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Pyotr Ilyich TCHAIKOVSKY (1840-1893)
Serenade for Strings in C, Op.48 [30:05]
Antonín DVOŘÁK (1841-1904)
Symphony No. 9, ‘From the New World’ [44:44]
Philharmonia Hungarica; Royal Philharmonic Orchestra/Antal Doráti
rec. 4-5 June 1958 Konzerthaus, Vienna; 31 January 1977, Kingsway Hall, London.  ADD

Among the many fine recordings which he made, first for Mercury and later for Decca, Antal Doráti’s way with Tchaikovsky was always well worth hearing but his recordings of the symphonies, on two 2-CD Mercury reissues, or one 5-CD set, with fillers, now seem to be obtainable as downloads only.  This 1958 recording of the Serenade for Strings is otherwise available only on an inexpensive Presto 2-CD set, licensed from Universal, with Doráti’s classic LSO recording of the complete Nutcracker (4327502)1 or as part of a monster 51-CD box set (Mercury Living Presence Collector’s Edition: 4783566).  The same LSO Nutcracker is also available on a Decca Duo, with highlights from Sleeping Beauty and his later Concertgebouw recording, with Suites 3-4, also remains available (Philips 50). So the Doráti Edition reissue is particularly welcome, joining earlier releases of the Minneapolis (mono) Sleeping Beauty and Nutcracker recordings from the same source – review.

The Serenade receives a loving performance and I enjoyed hearing it.  It’s not the only way to perform this work and I thought it just a little light-weight in places.  I remember hesitating between this recording and one recorded for HMV by Sir John Barbirolli a few years later (ASD646) and, like the Doráti, originally coupled with Arensky’s Variations on a Theme of Tchaikovsky, a most appropriate coupling, though far less generous than we now have on ADE048.  Barbirolli was never one to downplay the emotion, as demonstrated by the fact that his recording of Elgar’s Introduction and Allegro is still the one to go for.

Of course, Barbirolli could sometimes overdo the emotion – I’m not allowed to play his recording with Jacqueline du Pré of the Elgar Cello Concerto at home for that reason – but he wrung just enough and not too much out of the Serenade for Strings and the Arensky to make me prefer him to all then-current competitors.  Alas, I can’t point you to anywhere to make a comparison: even the EMI Forte twofer on which the Arensky was reissued has been deleted, but I suspect that if it were available once more, that would still be my preference.  It’s not a matter of tempo – neither Doráti nor, from recollection, Barbirolli rushed matters – but I do wish that Warner would make that HMV recording available again.  Memory sometimes plays us false, but not, I think, in this case – that LP is still there as the benchmark in my subconscious.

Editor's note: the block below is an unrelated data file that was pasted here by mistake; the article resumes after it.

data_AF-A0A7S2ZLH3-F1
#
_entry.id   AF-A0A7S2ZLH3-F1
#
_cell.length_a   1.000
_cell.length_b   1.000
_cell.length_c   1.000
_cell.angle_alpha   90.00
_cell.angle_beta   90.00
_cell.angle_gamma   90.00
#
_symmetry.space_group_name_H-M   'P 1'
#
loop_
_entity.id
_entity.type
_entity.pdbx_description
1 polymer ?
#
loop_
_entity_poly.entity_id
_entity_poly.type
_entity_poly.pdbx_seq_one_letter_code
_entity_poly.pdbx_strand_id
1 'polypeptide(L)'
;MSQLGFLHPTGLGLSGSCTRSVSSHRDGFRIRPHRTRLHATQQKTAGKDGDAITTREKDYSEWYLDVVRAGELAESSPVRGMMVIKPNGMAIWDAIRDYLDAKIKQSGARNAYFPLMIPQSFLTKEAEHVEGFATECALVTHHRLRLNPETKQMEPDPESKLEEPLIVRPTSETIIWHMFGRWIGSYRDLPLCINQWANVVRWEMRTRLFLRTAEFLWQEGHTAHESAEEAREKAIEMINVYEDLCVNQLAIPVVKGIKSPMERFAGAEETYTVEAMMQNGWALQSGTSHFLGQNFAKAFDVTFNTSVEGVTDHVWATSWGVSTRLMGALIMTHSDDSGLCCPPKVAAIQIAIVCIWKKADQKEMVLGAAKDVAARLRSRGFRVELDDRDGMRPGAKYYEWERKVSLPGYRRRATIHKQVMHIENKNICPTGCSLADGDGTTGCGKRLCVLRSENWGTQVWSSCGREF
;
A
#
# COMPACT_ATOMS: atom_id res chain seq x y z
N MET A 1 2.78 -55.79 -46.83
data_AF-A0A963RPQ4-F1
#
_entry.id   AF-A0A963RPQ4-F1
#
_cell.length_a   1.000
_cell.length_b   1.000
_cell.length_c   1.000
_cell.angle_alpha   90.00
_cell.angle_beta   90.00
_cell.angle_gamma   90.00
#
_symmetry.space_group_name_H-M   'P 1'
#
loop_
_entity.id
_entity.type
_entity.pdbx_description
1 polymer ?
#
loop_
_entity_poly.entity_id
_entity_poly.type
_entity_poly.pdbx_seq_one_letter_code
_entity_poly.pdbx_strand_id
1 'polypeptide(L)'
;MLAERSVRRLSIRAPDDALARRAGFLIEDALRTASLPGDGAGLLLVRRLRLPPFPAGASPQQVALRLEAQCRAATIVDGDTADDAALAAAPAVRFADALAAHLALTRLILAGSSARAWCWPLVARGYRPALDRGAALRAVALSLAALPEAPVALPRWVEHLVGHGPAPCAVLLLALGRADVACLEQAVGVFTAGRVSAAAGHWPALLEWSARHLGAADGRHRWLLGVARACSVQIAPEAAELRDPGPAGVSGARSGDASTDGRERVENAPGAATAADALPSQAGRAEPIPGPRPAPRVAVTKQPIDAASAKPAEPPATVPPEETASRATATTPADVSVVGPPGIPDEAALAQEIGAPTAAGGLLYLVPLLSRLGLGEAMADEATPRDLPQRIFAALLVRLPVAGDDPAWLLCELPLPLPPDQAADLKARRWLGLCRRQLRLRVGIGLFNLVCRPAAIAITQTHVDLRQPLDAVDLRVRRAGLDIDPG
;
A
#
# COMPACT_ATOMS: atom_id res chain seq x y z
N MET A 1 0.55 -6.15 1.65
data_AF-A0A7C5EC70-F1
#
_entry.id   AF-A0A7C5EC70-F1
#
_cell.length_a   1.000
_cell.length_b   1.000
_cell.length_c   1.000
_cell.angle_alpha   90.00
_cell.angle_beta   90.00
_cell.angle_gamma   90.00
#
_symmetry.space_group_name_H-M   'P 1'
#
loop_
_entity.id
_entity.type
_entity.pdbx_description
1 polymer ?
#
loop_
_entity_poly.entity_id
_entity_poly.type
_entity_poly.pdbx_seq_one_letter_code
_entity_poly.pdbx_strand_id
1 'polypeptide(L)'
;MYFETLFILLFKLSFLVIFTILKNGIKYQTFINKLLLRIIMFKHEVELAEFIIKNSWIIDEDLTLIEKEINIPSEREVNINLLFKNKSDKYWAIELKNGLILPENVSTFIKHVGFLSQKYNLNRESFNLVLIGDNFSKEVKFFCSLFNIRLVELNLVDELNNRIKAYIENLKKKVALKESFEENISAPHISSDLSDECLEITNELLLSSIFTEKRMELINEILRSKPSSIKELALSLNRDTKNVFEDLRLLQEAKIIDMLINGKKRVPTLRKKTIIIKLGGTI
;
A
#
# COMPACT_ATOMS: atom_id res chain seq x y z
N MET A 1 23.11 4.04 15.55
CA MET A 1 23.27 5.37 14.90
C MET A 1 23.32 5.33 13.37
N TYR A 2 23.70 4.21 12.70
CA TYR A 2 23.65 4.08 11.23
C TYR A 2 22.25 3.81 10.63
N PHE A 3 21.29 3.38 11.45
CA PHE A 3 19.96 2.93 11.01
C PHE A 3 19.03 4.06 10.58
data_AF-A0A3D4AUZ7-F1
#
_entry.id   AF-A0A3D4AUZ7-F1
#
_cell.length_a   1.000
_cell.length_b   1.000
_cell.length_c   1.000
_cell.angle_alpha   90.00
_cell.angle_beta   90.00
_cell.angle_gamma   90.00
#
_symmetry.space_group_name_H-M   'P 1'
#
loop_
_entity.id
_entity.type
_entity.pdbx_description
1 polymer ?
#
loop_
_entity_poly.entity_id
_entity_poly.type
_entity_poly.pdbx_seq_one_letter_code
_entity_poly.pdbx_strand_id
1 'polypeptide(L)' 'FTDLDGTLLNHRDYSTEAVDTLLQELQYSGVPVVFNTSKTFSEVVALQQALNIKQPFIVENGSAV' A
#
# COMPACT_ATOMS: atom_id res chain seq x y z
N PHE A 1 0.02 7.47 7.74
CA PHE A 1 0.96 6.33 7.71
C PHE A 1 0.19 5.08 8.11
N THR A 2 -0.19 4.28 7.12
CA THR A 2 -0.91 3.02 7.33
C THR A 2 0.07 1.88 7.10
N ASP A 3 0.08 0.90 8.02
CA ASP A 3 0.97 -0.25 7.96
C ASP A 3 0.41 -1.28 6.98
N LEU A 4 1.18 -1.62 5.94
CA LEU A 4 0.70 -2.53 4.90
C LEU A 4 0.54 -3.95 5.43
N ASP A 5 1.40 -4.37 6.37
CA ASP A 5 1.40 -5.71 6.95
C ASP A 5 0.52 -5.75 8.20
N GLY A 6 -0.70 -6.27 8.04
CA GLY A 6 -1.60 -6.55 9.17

The new transfer of the Doráti offers sound to match the performance – less flamboyant and with somewhat less pin-point placing of the instruments and a slightly narrower sound-stage than we usually expect from Mercury recordings.

Having already recorded the New World Symphony for Mercury, with the Concertgebouw Orchestra, c.1960, not wholly successfully – now reissued on Australian Philips Eloquence – Doráti recorded it again with the RPO.  I don’t recall there being a UK release of this – presumably it was issued on the budget Vox Turnabout label to avoid competition with the Decca Phase 4 recording which he made with the Philharmonia about the same time (now in a 6-CD Phase 4 collection, Decca 4787662 and in a 40-CD monster box).